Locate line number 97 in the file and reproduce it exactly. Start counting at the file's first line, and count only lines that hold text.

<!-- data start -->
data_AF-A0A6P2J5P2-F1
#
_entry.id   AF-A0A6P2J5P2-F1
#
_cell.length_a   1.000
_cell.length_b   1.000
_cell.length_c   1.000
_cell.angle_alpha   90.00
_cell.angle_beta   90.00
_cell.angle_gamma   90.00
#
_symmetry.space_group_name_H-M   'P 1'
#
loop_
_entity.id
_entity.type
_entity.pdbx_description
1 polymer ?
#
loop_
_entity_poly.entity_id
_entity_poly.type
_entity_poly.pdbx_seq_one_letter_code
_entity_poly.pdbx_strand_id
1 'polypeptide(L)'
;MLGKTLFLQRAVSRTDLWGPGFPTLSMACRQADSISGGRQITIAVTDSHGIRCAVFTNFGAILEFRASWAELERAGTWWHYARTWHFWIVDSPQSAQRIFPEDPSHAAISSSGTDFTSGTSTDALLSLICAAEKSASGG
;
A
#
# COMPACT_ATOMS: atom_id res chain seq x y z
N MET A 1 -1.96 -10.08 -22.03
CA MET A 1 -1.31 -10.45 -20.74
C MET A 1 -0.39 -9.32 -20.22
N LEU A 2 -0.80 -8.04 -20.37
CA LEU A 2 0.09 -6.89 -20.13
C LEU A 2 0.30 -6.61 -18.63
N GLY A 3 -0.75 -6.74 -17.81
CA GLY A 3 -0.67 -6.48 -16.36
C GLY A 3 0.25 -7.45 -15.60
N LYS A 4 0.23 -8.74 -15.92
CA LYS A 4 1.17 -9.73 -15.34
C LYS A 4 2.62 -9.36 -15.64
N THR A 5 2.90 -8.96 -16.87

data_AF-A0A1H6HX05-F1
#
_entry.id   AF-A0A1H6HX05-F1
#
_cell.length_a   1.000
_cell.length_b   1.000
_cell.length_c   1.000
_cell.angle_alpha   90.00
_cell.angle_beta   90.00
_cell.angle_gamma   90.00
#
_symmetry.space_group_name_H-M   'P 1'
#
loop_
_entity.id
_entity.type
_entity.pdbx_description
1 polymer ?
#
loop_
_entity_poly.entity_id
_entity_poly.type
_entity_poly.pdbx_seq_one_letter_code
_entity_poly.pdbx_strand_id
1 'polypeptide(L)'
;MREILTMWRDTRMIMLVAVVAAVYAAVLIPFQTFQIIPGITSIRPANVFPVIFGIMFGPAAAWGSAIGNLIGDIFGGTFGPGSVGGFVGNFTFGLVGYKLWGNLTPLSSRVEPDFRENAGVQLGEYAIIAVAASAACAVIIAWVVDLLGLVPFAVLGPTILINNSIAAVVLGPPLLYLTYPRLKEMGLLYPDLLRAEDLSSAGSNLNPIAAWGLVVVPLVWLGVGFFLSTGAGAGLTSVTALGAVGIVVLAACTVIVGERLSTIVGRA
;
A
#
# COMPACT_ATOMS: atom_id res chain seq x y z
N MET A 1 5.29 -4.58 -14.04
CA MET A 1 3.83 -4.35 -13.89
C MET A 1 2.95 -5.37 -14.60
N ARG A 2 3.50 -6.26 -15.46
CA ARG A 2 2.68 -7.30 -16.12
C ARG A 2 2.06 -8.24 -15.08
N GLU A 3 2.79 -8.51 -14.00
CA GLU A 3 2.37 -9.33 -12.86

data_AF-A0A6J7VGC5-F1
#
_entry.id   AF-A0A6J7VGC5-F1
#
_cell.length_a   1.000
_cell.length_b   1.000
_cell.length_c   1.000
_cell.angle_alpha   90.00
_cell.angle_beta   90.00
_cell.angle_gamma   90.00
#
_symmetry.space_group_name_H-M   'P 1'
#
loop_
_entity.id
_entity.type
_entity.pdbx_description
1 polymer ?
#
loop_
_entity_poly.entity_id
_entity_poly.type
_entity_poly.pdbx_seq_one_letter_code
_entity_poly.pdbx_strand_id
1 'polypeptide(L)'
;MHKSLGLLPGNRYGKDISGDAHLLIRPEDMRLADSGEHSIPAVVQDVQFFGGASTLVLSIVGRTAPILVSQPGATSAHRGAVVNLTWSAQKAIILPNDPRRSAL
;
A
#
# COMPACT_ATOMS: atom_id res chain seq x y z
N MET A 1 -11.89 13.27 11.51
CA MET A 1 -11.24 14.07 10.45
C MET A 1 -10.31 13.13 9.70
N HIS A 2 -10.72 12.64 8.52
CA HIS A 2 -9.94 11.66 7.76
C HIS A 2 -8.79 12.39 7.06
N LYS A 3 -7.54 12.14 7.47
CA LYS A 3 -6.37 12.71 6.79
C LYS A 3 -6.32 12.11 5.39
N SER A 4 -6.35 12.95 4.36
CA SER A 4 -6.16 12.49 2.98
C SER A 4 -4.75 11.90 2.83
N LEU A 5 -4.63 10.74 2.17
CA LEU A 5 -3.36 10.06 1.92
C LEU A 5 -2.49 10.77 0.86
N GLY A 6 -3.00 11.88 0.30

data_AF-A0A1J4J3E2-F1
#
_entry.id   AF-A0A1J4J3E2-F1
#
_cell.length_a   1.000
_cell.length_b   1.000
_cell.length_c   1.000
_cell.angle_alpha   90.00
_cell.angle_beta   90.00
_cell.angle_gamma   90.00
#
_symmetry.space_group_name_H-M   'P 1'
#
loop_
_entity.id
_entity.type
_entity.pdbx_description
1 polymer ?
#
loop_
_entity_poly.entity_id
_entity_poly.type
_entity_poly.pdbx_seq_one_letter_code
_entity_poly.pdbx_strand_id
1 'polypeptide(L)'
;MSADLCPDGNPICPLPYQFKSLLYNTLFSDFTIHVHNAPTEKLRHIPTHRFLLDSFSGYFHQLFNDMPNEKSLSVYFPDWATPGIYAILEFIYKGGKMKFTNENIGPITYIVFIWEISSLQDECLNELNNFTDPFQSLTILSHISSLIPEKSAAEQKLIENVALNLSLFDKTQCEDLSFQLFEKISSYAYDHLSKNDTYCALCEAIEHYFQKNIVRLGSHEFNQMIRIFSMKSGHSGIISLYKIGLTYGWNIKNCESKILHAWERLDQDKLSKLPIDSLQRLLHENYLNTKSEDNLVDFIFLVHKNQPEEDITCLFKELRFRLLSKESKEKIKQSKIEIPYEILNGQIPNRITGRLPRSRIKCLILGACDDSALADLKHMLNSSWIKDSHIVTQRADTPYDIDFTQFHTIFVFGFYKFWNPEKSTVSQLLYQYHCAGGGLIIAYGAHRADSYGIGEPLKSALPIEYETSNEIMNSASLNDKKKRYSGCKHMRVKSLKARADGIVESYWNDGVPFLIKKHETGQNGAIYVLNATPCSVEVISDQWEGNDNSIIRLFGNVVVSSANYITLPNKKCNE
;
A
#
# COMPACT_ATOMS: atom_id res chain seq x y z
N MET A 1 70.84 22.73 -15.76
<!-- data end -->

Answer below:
_entity.type